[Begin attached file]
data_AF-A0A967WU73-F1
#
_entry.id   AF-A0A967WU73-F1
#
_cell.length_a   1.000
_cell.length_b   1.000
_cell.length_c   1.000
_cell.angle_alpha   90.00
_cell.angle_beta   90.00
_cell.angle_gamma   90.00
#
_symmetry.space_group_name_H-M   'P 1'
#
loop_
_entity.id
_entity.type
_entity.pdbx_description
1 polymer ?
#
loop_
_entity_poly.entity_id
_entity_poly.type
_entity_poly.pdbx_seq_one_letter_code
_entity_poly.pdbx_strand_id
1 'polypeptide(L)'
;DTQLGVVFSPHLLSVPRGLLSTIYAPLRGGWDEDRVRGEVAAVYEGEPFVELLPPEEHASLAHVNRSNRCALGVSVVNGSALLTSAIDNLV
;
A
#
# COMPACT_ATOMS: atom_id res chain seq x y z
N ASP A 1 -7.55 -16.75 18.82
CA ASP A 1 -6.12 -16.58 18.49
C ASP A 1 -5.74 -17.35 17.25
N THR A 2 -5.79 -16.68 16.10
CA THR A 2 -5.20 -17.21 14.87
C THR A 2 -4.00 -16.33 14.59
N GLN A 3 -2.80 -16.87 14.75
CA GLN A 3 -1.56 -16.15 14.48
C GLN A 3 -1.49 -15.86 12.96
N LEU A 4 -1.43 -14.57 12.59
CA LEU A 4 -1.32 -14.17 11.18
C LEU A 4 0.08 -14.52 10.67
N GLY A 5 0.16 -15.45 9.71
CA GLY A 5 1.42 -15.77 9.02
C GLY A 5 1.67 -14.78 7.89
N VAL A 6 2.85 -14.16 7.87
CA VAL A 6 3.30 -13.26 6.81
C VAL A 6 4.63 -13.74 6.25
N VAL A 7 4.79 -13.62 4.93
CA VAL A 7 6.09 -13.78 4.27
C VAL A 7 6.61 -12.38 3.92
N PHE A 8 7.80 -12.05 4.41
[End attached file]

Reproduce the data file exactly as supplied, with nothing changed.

data_AF-A0A967WU73-F1
#
_entry.id   AF-A0A967WU73-F1
#
_cell.length_a   1.000
_cell.length_b   1.000
_cell.length_c   1.000
_cell.angle_alpha   90.00
_cell.angle_beta   90.00
_cell.angle_gamma   90.00
#
_symmetry.space_group_name_H-M   'P 1'
#
loop_
_entity.id
_entity.type
_entity.pdbx_description
1 polymer ?
#
loop_
_entity_poly.entity_id
_entity_poly.type
_entity_poly.pdbx_seq_one_letter_code
_entity_poly.pdbx_strand_id
1 'polypeptide(L)'
;DTQLGVVFSPHLLSVPRGLLSTIYAPLRGGWDEDRVRGEVAAVYEGEPFVELLPPEEHASLAHVNRSNRCALGVSVVNGSALLTSAIDNLV
;
A
#
# COMPACT_ATOMS: atom_id res chain seq x y z
N ASP A 1 -7.55 -16.75 18.82
CA ASP A 1 -6.12 -16.58 18.49
C ASP A 1 -5.74 -17.35 17.25
N THR A 2 -5.79 -16.68 16.10
CA THR A 2 -5.20 -17.21 14.87
C THR A 2 -4.00 -16.33 14.59
N GLN A 3 -2.80 -16.87 14.75
CA GLN A 3 -1.56 -16.15 14.48
C GLN A 3 -1.49 -15.86 12.96
N LEU A 4 -1.43 -14.57 12.59
CA LEU A 4 -1.32 -14.17 11.18
C LEU A 4 0.08 -14.52 10.67
N GLY A 5 0.16 -15.45 9.71
CA GLY A 5 1.42 -15.77 9.02
C GLY A 5 1.67 -14.78 7.89
N VAL A 6 2.85 -14.16 7.87
CA VAL A 6 3.30 -13.26 6.81
C VAL A 6 4.63 -13.74 6.25
N VAL A 7 4.79 -13.62 4.93
CA VAL A 7 6.09 -13.78 4.27
C VAL A 7 6.61 -12.38 3.92
N PHE A 8 7.80 -12.05 4.41